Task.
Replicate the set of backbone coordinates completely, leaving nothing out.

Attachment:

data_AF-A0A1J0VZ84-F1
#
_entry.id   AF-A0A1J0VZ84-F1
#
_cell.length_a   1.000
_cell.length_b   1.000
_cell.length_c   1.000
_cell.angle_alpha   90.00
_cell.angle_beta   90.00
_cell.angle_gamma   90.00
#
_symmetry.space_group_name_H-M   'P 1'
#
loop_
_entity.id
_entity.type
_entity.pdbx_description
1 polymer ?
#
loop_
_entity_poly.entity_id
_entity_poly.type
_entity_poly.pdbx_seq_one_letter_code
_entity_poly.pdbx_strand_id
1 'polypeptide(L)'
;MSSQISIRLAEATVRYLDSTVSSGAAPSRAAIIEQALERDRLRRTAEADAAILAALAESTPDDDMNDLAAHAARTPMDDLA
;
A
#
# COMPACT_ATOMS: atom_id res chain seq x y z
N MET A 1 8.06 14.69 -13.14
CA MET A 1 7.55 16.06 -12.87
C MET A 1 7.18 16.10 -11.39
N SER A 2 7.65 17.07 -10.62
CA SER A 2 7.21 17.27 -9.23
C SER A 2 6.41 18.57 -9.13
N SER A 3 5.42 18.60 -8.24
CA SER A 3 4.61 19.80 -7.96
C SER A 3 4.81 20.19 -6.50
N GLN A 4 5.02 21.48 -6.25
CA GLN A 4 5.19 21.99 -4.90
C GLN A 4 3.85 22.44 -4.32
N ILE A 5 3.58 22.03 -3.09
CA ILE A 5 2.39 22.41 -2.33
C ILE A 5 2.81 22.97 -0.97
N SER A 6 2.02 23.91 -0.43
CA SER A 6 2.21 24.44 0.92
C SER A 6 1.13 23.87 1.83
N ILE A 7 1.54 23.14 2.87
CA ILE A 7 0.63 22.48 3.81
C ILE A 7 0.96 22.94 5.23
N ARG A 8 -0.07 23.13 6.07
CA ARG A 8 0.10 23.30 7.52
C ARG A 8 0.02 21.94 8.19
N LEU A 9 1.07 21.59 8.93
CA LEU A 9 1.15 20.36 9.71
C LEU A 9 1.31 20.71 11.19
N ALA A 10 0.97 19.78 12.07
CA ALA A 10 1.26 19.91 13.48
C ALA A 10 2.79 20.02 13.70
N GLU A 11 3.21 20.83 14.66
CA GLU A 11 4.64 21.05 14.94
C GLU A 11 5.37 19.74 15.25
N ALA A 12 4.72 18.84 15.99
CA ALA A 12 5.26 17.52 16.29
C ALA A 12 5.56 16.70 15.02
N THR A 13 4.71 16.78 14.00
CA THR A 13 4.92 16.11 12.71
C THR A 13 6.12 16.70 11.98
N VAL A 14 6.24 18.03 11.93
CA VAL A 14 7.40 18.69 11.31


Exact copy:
data_AF-A0A1J0VZ84-F1
#
_entry.id   AF-A0A1J0VZ84-F1
#
_cell.length_a   1.000
_cell.length_b   1.000
_cell.length_c   1.000
_cell.angle_alpha   90.00
_cell.angle_beta   90.00
_cell.angle_gamma   90.00
#
_symmetry.space_group_name_H-M   'P 1'
#
loop_
_entity.id
_entity.type
_entity.pdbx_description
1 polymer ?
#
loop_
_entity_poly.entity_id
_entity_poly.type
_entity_poly.pdbx_seq_one_letter_code
_entity_poly.pdbx_strand_id
1 'polypeptide(L)'
;MSSQISIRLAEATVRYLDSTVSSGAAPSRAAIIEQALERDRLRRTAEADAAILAALAESTPDDDMNDLAAHAARTPMDDLA
;
A
#
# COMPACT_ATOMS: atom_id res chain seq x y z
N MET A 1 8.06 14.69 -13.14
CA MET A 1 7.55 16.06 -12.87
C MET A 1 7.18 16.10 -11.39
N SER A 2 7.65 17.07 -10.62
CA SER A 2 7.21 17.27 -9.23
C SER A 2 6.41 18.57 -9.13
N SER A 3 5.42 18.60 -8.24
CA SER A 3 4.61 19.80 -7.96
C SER A 3 4.81 20.19 -6.50
N GLN A 4 5.02 21.48 -6.25
CA GLN A 4 5.19 21.99 -4.90
C GLN A 4 3.85 22.44 -4.32
N ILE A 5 3.58 22.03 -3.09
CA ILE A 5 2.39 22.41 -2.33
C ILE A 5 2.81 22.97 -0.97
N SER A 6 2.02 23.91 -0.43
CA SER A 6 2.21 24.44 0.92
C SER A 6 1.13 23.87 1.83
N ILE A 7 1.54 23.14 2.87
CA ILE A 7 0.63 22.48 3.81
C ILE A 7 0.96 22.94 5.23
N ARG A 8 -0.07 23.13 6.07
CA ARG A 8 0.10 23.30 7.52
C ARG A 8 0.02 21.94 8.19
N LEU A 9 1.07 21.59 8.93
CA LEU A 9 1.15 20.36 9.71
C LEU A 9 1.31 20.71 11.19
N ALA A 10 0.97 19.78 12.07
CA ALA A 10 1.26 19.91 13.48
C ALA A 10 2.79 20.02 13.70
N GLU A 11 3.21 20.83 14.66
CA GLU A 11 4.64 21.05 14.94
C GLU A 11 5.37 19.74 15.25
N ALA A 12 4.72 18.84 15.99
CA ALA A 12 5.26 17.52 16.29
C ALA A 12 5.56 16.70 15.02
N THR A 13 4.71 16.78 14.00
CA THR A 13 4.92 16.11 12.71
C THR A 13 6.12 16.70 11.98
N VAL A 14 6.24 18.03 11.93
CA VAL A 14 7.40 18.69 11.31